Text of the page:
5 comments on “Ombudsman colludes with Corrections to cover up responsibility for ‘unnatural’ prison deaths

  1. Despite some past criticisims of Corrections the Ombudsman seems to becoming increasingly reluctant to deal with anything contraversial when it comes to the most dysfunctional of Government agencies – Corrections.

    It also seems that the outcome of many complaints to the Ombudsmen about Corrections is dependent upon who within that office deals with the “investigation”. One who is overtly pro Corrections and will side step an investigation if he can get away with it is Deputy Ombudsman Leo Donnelly, who frequently comes across as being pro Corrections. No doubt he is not alone.

    No longer is it a reasonable expectation that a complaint taken to the Ombudsman that has all the supporting evidence will be dealt with openly and with an honest outcome. With the passing of time and particularly under Dame Beverley’s leadership, investigation dedcisions have been heavily biased toward Corrections and defiant of an often overwhelming amount of evidence to the contrary.

    So no longer is the Ombudsman the independent body that it once was and has fallen under the Government’s control and agenda.


  2. Thank you Mr Brooking for having the tenacity to bring these matters to light in the absence of msm coverage. I have been appalled by your revelations, as have the people with whom I have shared your posts. This issue should be a national scandal. I guess some nurses have to graduate bottom of the class. It seems they are the ones who end up looking after our prison populations.
    Within the current political climate I am not at all surprised with the whitewashing nature of things. They happen on a regular basis; a foregone conclusion; predictive in their regularity. That the office of the Ombudsman has been tainted is no surprise.


  3. As a former independent prison ombudsman (Official Visitor in Queensland) I also am totally appalled at those authorities who have acted to cover up this death and who have failed to produce accurate reports. Clearly they are protecting “the system”. Something is deeply wrong in New Zealand if public officials behave this way. Something is deeply wrong if those responsible for the death and those responsible for the botched reporting can get away with it. In Queensland the Official Visitor program was established after a Royal Commission. I’d be happy to see a Royal Commission into Prisons in New Zealand.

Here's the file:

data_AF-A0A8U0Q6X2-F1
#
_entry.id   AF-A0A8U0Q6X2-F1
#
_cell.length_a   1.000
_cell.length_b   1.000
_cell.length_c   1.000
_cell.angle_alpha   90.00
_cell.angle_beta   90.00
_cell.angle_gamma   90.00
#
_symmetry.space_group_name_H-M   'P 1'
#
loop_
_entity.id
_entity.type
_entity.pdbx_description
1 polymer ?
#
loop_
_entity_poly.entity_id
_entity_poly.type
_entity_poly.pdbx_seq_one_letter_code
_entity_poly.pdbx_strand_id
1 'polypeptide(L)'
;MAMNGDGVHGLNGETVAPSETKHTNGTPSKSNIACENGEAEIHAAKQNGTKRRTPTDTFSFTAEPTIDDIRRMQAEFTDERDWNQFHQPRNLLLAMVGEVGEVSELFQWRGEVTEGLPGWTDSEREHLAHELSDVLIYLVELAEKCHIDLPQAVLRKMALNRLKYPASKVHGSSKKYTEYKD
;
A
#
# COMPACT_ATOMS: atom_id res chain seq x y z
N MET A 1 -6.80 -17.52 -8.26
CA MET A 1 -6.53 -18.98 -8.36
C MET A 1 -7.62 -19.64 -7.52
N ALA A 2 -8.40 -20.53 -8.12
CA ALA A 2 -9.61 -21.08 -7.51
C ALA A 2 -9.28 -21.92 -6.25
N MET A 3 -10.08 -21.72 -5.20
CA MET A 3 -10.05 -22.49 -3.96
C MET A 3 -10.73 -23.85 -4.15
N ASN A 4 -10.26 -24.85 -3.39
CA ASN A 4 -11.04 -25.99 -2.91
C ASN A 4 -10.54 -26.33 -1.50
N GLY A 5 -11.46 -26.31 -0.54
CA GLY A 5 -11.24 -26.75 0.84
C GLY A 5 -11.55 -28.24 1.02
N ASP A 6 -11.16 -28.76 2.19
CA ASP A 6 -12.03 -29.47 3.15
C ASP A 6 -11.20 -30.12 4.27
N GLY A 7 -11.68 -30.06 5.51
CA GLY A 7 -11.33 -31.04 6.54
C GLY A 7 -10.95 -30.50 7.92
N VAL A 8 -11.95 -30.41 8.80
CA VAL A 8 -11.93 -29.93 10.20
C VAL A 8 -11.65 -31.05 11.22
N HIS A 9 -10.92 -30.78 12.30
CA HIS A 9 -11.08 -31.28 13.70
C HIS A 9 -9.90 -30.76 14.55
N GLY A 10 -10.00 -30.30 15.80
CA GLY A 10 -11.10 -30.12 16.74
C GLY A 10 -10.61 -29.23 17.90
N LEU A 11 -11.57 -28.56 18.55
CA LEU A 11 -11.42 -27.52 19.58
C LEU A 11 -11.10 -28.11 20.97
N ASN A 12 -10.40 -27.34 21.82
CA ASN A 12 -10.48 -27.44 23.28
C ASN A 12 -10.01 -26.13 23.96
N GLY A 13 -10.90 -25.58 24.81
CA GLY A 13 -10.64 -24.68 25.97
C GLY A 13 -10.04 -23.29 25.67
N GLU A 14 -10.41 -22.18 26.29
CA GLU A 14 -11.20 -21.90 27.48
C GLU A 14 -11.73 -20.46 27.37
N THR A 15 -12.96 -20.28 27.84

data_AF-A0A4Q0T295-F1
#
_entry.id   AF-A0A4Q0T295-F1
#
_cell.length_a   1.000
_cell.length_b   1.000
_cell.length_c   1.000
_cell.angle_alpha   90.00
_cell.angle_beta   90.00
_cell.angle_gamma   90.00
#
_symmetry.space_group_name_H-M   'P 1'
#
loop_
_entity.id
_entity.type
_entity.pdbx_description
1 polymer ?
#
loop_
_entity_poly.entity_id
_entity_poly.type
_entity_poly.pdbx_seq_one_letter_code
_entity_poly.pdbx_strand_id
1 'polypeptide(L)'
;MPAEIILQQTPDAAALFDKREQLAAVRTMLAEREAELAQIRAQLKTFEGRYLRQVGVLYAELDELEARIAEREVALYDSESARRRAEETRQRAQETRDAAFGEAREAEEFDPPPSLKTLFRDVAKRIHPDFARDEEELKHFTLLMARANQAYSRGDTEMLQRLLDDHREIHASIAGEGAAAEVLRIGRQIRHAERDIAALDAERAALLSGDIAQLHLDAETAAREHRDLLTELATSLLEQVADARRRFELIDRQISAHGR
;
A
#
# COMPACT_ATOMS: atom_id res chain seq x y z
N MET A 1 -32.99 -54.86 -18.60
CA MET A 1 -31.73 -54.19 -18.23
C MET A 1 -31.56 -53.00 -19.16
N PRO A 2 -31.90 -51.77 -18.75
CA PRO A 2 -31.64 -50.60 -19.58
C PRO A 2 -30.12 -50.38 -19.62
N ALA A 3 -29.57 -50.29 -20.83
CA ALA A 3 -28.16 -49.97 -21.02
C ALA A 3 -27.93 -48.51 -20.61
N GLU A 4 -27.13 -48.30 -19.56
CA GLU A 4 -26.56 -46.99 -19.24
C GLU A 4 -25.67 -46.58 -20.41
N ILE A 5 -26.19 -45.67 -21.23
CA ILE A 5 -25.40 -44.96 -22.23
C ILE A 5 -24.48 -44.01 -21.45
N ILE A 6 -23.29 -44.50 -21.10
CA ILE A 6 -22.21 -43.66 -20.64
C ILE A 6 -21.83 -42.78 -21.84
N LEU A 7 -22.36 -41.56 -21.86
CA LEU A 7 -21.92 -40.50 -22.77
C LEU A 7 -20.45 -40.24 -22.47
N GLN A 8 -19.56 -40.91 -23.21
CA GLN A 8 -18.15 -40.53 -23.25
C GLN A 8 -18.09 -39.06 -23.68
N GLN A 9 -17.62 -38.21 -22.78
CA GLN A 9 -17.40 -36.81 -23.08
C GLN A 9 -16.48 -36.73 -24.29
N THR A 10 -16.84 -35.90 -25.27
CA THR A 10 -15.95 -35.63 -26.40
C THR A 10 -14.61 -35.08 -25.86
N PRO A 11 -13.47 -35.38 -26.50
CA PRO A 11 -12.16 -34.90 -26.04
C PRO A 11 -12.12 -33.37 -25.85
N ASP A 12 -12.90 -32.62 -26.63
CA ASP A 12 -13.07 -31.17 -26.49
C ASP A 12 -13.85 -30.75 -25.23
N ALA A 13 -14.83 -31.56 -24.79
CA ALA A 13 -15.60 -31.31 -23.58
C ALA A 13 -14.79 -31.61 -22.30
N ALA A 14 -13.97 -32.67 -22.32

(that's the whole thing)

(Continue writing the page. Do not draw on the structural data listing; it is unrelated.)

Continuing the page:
4. Richard Barriball also died in OCF about three months before Jai Davis. The Inspector who ‘investigated’ his death was Trevor Longmuir.

    Assuming someone from the Ombudsman’s office held Trevor’s hand as he wrote his report into Richard’s suicide, they must be as naive as a new born lamb, or just plain thick as a brick to have taken anything said by OCF medical staff as honest. If Longmuir had taken more than a cursory view of the medical records he would have noticed they were inaccurate, and paperwork unfinished and not signed. Perhaps that should come as no surprise considering that three months before Richard died, the two doctors contracted to OCF decided not to renew their contract, citing bad nursing practices as the reason. Once the Coroner David Crerar, held the inquest, he also commented on the shambolic paperwork.

    It appears that since Richard and Jai Davis died some degree of accountability has been initiated, but in 2010/2011 it appears no one was responsible for ensuring prisoners received medication, no one was responsible for ensuring notes/records were up to date. No one was responsible for returning unused medication to the pharmacy for destruction.

    One outcome of this could well be happy medical staff – we have documents showing 75ml of methadone and up to 400(approx) gabapentin tablets went missing, as well as controlled drug records that don’t make sense and contradict evidence given by the health centre manager at Richard’s inquest.

    I complained to the Nurses Council but as a death had occurred it was referred to the HDC. After 4 years the HDC have decided not to take any of my complaints (complete with evidence) any further, so it’s pretty safe to say the HDC is also afraid to ruffle Corrections feathers.

    The reason it has taken four years to get to this stage is because Corrections consistently stalls in providing information to me, making the whole process a lot more difficult and prolonged. If I was a cynic, I would say it was a deliberate tactic, but as I have been assured by Ann Tolley that “Corrections is an open, honest and transparent organisation”, I would be naive in taking that stance, wouldn’t I??


  5. The Office of the Ombudsman does seem to be have a culture of deference to, and support for, official positions.

    Subsequent to the Canterbury earthquakes the Ombudsman’s Office was slow to act over OIA criticisms of EQC and other agencies and had greater sympathy for the difficulties of officialdom than those desperately and urgently in need of information. From some time in 2011 the Office of the Ombudsman experienced increasingly difficult work loads with complaints and they themselves were slow to respond to their own problems. My recollection is that Dame Beverley didn’t approach the government for more assistance for their workload until 18 months or more after the problems arose. Not exactly proactive.

    How can the Office of the Ombudsman do “justice” to enquiries into deaths in custody like that of Jai Davis and complaints against agencies with their current culture and leadership?


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